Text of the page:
A Scripted, Upbeat Labor Convention

In an aura of unity and solidarity, the 1,000 delegates to the AFL-CIO convention spent the opening hours in emotional eulogies to the 630 union members who died in the Sept. 11 terrorist attacks. There were also expressions of pride for the enormous assistance that unions have extended to the victimized families and countless thousands of workers who lost their jobs in the tragedy's aftermath.

Inside the convention hall, behind the speaker's podium, a large sign read: "America's Workers -- Heroes Every Day." Outside the hall, an impressive mural listed the names of union members who had died on Sept. 11, under a heading: "American Tragedy, Union Heroes."

The most significant outcome of the four-day convention is the strong spirit of unity and solidarity that has not been dampened by the economic crisis, the catastrophic layoffs and the labor federation's failure to meet its organizing goals. There appears to be a new-found confidence that the events of Sept. 11 may provide momentum for labor's organizing and political efforts. The AFL-CIO, searching for a national theme that could appeal to unorganized workers, now has one: union workers as heroes.

The delegates, meeting in Las Vegas, had a harsh reminder of how devastating the post-Sept. 11 layoffs have been. In this city that lives off casino gaming and tourism, 15,000 of Las Vegas' 50,000 members of the Culinary Workers local have been laid off, and construction work has dropped 30%.

In his keynote speech, AFL-CIO President John Sweeney said: "Let me be clear -- President Bush and his administration are doing an excellent job of waging war on the terrorists and we commend them for that. But at the same time, he and his corporate backers are waging a vicious war on working families -- and we condemn them for that. Brothers and sisters, in the months ahead, we must take the offensive in a war here at home, even as we support the President and our troops in the conflict abroad."

Sweeney lashed out at corporations for the callous treatment of their employees. "At a time when workers are being laid off by the hundreds of thousands and families are mourning loved ones and sending others into combat, Corporate America is on the prowl for more profits," he said.

There was no resolution and very little public talk about the war in Afghanistan. The one resolution that touched on the war against terrorism dealt with labor's opposition to the harassment of Arab-Americans, Islamic Americans and South-Asian Americans. The unanimously- adopted resolution said, in part: "This moment in our history demands of our movement that we reaffirm our abiding commitment to respect for all peoples, without regard to color or creed. We will not allow any persons -- and that includes Muslims, Arab-Americans or Arab nationals in our midst -- to be made scapegoats for acts of treachery they did not commit and they, like much of the world, deplore."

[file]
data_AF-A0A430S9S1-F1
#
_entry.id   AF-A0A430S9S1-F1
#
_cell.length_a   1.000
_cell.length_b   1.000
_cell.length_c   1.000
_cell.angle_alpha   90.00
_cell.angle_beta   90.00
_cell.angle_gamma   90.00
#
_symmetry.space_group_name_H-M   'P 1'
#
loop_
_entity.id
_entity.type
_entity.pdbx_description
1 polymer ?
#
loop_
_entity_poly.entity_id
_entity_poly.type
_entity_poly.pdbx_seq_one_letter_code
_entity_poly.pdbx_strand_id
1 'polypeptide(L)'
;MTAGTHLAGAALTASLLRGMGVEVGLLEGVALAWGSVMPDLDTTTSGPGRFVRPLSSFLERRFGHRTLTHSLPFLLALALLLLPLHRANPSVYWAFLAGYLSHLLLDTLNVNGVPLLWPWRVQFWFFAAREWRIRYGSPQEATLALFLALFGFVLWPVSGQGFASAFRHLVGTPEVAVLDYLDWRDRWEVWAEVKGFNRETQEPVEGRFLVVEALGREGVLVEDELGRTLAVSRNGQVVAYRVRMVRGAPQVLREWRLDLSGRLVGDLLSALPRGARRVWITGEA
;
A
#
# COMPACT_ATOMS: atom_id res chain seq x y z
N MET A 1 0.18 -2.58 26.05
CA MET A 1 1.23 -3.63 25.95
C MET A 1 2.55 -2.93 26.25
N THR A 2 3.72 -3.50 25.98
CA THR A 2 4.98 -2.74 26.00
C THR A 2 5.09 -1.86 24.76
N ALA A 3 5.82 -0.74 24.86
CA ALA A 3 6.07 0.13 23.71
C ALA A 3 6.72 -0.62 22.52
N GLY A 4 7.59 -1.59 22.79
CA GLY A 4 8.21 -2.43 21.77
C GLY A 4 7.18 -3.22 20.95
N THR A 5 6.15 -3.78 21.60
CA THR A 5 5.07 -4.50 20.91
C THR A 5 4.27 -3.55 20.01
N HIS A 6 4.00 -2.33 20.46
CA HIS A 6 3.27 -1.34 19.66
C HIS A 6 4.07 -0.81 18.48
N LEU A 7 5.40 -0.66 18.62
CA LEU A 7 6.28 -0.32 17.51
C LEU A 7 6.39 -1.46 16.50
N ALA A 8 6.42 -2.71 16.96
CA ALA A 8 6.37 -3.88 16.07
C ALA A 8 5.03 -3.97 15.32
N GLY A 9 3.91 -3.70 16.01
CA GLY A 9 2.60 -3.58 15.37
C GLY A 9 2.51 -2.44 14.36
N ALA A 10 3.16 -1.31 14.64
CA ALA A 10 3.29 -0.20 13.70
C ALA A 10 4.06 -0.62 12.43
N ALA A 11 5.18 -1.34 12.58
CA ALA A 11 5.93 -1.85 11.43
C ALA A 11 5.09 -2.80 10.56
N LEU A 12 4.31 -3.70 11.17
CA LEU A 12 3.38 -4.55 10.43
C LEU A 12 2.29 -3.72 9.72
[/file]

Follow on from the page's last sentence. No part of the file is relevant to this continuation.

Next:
Delegates spoke bitterly about the House passage of an economic stimulus package that was stacked in favor of big corporations and wealthy individuals. They denounced Congress for bailing out the airlines, but denying any financial relief to the industry's laid-off workers. But aside from the rhetoric, no action was proposed by the convention.

In his discussion of organizing, Sweeney frankly admitted that the AFL- CIO had been able to organize only about one-half of the one million new members that the 1999 convention had set as its goal. He told the delegates: "We have declined in union density from representing one worker in three to now representing one worker in eight."

"This decline has taken place in good times and in bad times. In fact, the brutal reality is that when the economy grows, we stay still, and when the economy declines, we lose more members than the economy loses jobs," Sweeney acknowledged, adding, "That single fact is the harshest judgment history can make on our collective leadership of the labor movement."

All of the AFL-CIO's 66 international unions as well as their local affiliates were urged to commit at least 30% of their annual budgets for organizing and to work for a 10% increase in new members. Unions will be linking politics with organizing, demanding that public officials actively support workers who want to organize. One adopted resolution stated: "We must demand they (Congress) rewrite our nation's laws to give meaningful and immediate protection to workers' rights and human rights amidst the reality of the 21st century workplace."

The delegates had good reason to be upbeat in the discussion of labor's political record. In Election 2000, the votes of union households accounted for 26% of the total. And 4.8 million more union household members voted than in 1992. Union voting margins were crucial to Senate victories in Michigan, Washington, New York, Missouri, New Jersey and Minnesota. Labor's voter mobilization efforts enabled Vice President Al Gore to win the popular vote, with the most votes for any Democratic presidential candidate. Gratified that labor's campaign to elect 2,000 union members to political office in 2000 had been surpassed (more than 2,500 were elected), the AFL-CIO will seek to elect 5,000 union members in 2002.